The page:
Highlights from Day 2 of PDC.
The Keynote: I got the feeling that this was less about new stuff this year than completing stuff from last year. A lot of Azure announcements, and a little about server tools, but the message was clear. Microsoft is banking on Azure for the next big thing server wise. It released pricing model for bigger instances of Azure, and outlined the plan for supporting tools and infrastructure. They also talked about Microsoft Pinpoint. I expect to hear more about that in the coming weeks. Project Dallas is also pretty cool.
There were a couple of ‘aha’ moments for me: System Center for Azure rocks, but won’t be available until a Beta sometime in 2010. The next version of Microsoft’s mobile platform won’t be available until Mix 2010. They’re falling behind badly but I’ll give them credit for not knee jerking a half baked solution to production before it’s ready. The other ‘aha’ was around he new data access technologies ODATA. My catch phrase for ODATA… “There’s gold in them there hills.” If you can only watch part of the keynote, catch the ODATA portion.
After the keynote, I went into session overload, including:
- Data Programming and Modeling for the .NET Developer.
- The most fun session of the day. Don Box and Chris Anderson showed off a lot of the new functionality in EF 4. As a guy who spends a great deal of my day working with EF 1, I’m very tempted to grab the bits for EF 4 now and push it to my clients.
- Lessons Learned: Migrating Applications to the Windows Azure Platform
- Didn’t learn a whole lot here that I either didn’t already know from my own experience with Demo Showcase, or from Chris Auld’s session yesterday. In retrospect, I should have jumped to a different session.
- Windows Azure Present and Future
- Pretty deep dive into the Azure story by Manuvir Das. Gained some insight into where things are going, but again, I already knew much of it. I wish I had gone to the Agile Session
- Evolving ADO.NET Entity Framework in Microsoft .NET Framework 4 and Beyond
- Awesome session. Highly worth a rewatch to learn how to use some of the new functions. Very, very fast pace. These guys love their jobs.
- Advanced Windows Presentation Foundation Application Performance Tuning and Analysis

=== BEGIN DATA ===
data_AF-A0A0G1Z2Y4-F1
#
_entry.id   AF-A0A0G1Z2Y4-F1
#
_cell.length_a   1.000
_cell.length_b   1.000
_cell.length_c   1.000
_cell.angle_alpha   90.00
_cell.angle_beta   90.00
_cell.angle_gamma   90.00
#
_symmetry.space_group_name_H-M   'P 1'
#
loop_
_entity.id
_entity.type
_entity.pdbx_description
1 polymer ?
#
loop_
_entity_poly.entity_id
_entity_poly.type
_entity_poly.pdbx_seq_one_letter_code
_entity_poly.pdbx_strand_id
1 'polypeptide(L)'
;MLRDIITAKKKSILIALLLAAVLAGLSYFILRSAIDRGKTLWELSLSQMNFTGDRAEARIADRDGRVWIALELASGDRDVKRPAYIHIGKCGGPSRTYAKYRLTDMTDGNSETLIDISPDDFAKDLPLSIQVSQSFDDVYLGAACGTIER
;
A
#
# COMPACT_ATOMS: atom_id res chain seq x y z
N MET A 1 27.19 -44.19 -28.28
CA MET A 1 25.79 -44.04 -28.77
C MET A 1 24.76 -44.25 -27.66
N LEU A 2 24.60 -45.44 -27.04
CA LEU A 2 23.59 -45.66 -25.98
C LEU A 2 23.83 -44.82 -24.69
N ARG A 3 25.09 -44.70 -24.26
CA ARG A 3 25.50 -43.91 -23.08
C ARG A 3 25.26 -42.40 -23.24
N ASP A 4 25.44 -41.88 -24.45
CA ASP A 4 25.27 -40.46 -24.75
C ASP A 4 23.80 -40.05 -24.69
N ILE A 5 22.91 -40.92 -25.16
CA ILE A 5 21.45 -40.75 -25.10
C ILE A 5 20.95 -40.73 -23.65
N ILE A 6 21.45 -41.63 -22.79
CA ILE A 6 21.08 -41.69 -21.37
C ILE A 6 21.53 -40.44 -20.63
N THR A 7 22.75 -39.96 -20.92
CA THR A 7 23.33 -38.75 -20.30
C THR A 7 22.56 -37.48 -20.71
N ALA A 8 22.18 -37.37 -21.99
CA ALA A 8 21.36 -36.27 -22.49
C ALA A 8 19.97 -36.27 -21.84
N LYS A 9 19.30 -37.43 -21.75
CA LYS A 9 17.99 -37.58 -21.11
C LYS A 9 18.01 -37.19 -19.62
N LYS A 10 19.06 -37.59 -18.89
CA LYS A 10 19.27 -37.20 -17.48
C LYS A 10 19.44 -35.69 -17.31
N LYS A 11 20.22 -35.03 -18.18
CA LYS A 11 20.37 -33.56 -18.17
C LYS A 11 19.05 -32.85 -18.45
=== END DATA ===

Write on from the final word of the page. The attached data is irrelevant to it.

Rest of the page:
- I’m going to recommend this to our UI guys to help make the apps that incremental step better to make the difference between sent out and shipped.
- Quick stop at the Partner Expo. Ran into Justin Smith. Great guy who was really generous with his time back when we were getting ready to ship Demo Showcase and ran into a security issue. Looking forward to his session later in the conference. I watched a lot of his presentations from PDC08 when we were getting started with DSS, and I’m going to jokingly blame him and Steve Marx for getting me into this mess.
- Went to an INETA Meeting. Informal, interesting round table. Two themes emerged:
- a) People perceive that technology is changing faster than ever and that it is impossible to keep up.
- b) Microsoft is making a mistake targeting big business and highly variable sites with Azure.
- I disagree with both statements.
- Technology always changes fast. We’re just more aware that it is changing than we used to be. We also need to know about more types of technologies than we used to because a lot of organizations are smaller and you have to know about more of them in order to do you job. There’s less compartmentalization. People who want to compartmentalize their work, and focus on just one thing, carve too small of a niche for themselves, and can’t find home in the do everything small companies.
- Azure is perfect for what Microsoft is asking it to do. It is not perfect for what the individual devs want it to do. They aren’t going to make money spinning up VM’s for http://www.joebeernink.com unless they charge a lot more for it to make entry prohibitive for guys like me. If I am willing to pay the price, I can get almost the same service the big boys do. So once they start charging for it, I will move to GoDaddy or soemthing like that until I have enough business to justify the load (how long till I have that first book on the NYT Best Seller List?")
- Scott Hanselmann had the best quote of the night, but I’ve seen it misquoted a few times on Twitter already. He said that the greatest power an architect has is to break the build. That is, to put controls in place like FXCop to prevent bad code from being checked in. What’s being quoted is that the greatest power Jr. devs have is to break the build. Jr. Devs should never break the build. If they are truly junior, they should be mentored and guided into checking in code that never breaks the build. If they are junior, but only due to seniority and not skill, then they need to gain the cred to add to the build process when needed. If no one in the organization listens, and that situation won’t change, move on.
Looking forward to tomorrow’s keynotes and a ridiculous number of sessions at 11:30 that I want to attend.